Wednesday September 15th


Dow futures are flat as markets fight the September doldrums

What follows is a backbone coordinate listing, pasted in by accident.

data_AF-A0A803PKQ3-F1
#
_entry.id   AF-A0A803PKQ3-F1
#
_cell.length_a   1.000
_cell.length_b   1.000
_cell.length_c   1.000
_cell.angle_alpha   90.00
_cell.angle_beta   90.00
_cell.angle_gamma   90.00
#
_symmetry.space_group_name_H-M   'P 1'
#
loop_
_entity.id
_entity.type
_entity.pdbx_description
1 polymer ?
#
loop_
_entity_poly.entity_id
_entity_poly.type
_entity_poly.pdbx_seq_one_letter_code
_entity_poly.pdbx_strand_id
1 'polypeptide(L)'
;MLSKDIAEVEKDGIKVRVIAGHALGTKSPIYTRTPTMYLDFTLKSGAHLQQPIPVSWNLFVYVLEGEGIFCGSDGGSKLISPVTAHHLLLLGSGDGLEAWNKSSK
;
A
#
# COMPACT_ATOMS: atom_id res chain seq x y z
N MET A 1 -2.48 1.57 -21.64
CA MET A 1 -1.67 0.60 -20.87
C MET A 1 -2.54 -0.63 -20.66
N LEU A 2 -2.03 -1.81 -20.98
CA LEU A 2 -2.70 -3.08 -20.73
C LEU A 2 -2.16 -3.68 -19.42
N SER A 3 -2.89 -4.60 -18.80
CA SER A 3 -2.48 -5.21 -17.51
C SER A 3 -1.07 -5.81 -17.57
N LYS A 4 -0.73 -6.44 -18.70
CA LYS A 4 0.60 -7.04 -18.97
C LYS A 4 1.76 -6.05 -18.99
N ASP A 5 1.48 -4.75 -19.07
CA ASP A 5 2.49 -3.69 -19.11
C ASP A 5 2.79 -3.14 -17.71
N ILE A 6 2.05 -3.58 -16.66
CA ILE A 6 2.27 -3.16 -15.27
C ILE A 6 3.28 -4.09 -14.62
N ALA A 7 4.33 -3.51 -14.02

U.S. stock index futures were flat Wednesday after the blue chip index dropped nearly 300 points on Tuesday, the latest in a string of negative trading sessions this September. Dow futures traded near the flatline. S&P 500 futures traded ticked up 0.1% and Nasdaq 100 futures inched 0.2% higher. U.S. stock futures bounced overnight, but turned negative Wednesday morning. Then, some bullish economic news released before the bell Wednesday helped stabilize markets a bit . The NY Fed’s Empire Index, a measure of manufacturing in the region came in at 34.3 for September, way ahead of the 18 consensus estimate from FactSet and an acceleration from August. Markets have been in a funk so far this month amid rising investor worries about the delta variant derailing the economic recovery, along with hand-wringing over the next action by the Federal Reserve. The S&P 500 closed Tuesday at the lowest since Aug. 20. Tuesday marked the fifth straight day of losses for the Nasdaq. The Dow, S&P 500 and the small-cap Russell 2000 index have been in the red for six of the last seven days. “Despite concerns about the recent downshift in economic and business cycle momentum, we remain confident that strong growth lies ahead and activity is bound to re-accelerate,” wrote JPMorgan strategist Dubravko Lakos-Bujas, in a note Wednesday. “We remain positive on the equity outlook, and expect S&P 500 to reach 4,700 by end of this year and surpass 5,000 next year on better than expected earnings.” Microsoft shares gained more than 1% in premarket trading after announcing a dividend increase and a sizable $60 billion share repurchase program. Energy stocks, which have been popular bets among investors banking on a big economic recovery, gained in premarket trading as WTI crude topped $71. Exxon added about 1%. Apple shares rebounded slightly in premarket trading after the shares fell Tuesday after the unveiling of a new iPhone and other products. Casino stocks like Las Vegas Sands and Wynn Resorts traded in the red again in the premarket. Those names took a big hit Tuesday as the government of Macau looks to increase regulatory scrutiny over casinos and Chinese health authorities reported a Covid-19 outbreak. In regular trading Tuesday, the Dow fell 292.06 points, or 0.8%, to 34,577.57, retreating after it snapped a five-day losing streak on Monday. The S&P 500 lost 0.6% to finish at 4,443.05 and the Nasdaq Composite slipped 0.5% to 15,037.76. September has historically been a down month for the markets, which have seen an average decline of 0.56% in the month since 1945, according to CFRA. And after eight months of straight gains, strategists say a major pullback could be imminent. For September, the Dow is off by more than 2% and the S&P 500 is off 1.8%. The S&P 500 is on track to see its worth monthly performance since October 2020. The S&P 500 has continued to move higher throughout the year, dipping below the 50-day moving average only once, according to Fundstrat. Mike Wilson, chief investment officer at Morgan Stanley, told CNBC’s “Fast Money” that could be just the beginning. “The midcycle transition always ends with a correction in the index,” he said of the S&P 500. “Maybe it’ll be this week, maybe a month from now. I don’t think we’ll get done with this year, however, with that 50-day moving average holding up throughout the year because that’s the pattern we typically see in this part of the recovery phase.” On Tuesday the Labor Department released data before the bell showing a smaller-than-expected rise in U.S. inflation for the month of August. Consumer prices rose 5.3% from a year ago and 0.3% from July. Stripping out food and energy, the consumer price index was up just 0.1% for the month. Initially, markets rallied but turned back down after the market open as uncertainty about the timing of the Federal Reserve’s tapering of asset purchases settled in. Shares in Asia-Pacific were largely lower on Wednesday, as investors reacted to the release of Chinese economic data. Hong Kong’s Hang Seng index dropped 1.84% to close at 25,033.21 — falling more than 1% for the third straight session. Mainland Chinese stocks closed lower, with the Shanghai composite dipping 0.17% to 3,656.22 while the Shenzhen component shed 0.614% to 14,536.31. The Nikkei 225 in Japan declined 0.52% on the day to 30,511.71 while the Topix index slipped 1.06% to 2,096.39. South Korea’s Kospi edged 0.15% higher to close at 3,153.40. Oil prices climbed on Wednesday after industry data showed a larger than expected drawdown in U.S. crude inventories and on expectations demand will rise as vaccination roll-outs widen. Brent oil rose 92 cents, or 1.3%, to $74.52 a barrel, while U.S. West Texas Intermediate (WTI) crude climbed 99 cents, or 1.4%, to $71.45 a barrel. Gold prices on Wednesday consolidated in a tight range near the key $1,800 level as softer U.S. inflation data fed uncertainty about the Federal Reserve’s tapering timeline. Spot gold was down 0.2% at $1,800.38 per ounce, but slightly off a one-week peak of $1,808.50 hit on Tuesday, in part because the dollar recovered some ground following a slide driven by the inflation data. U.S. gold futures eased 0.3% to $1,801.80.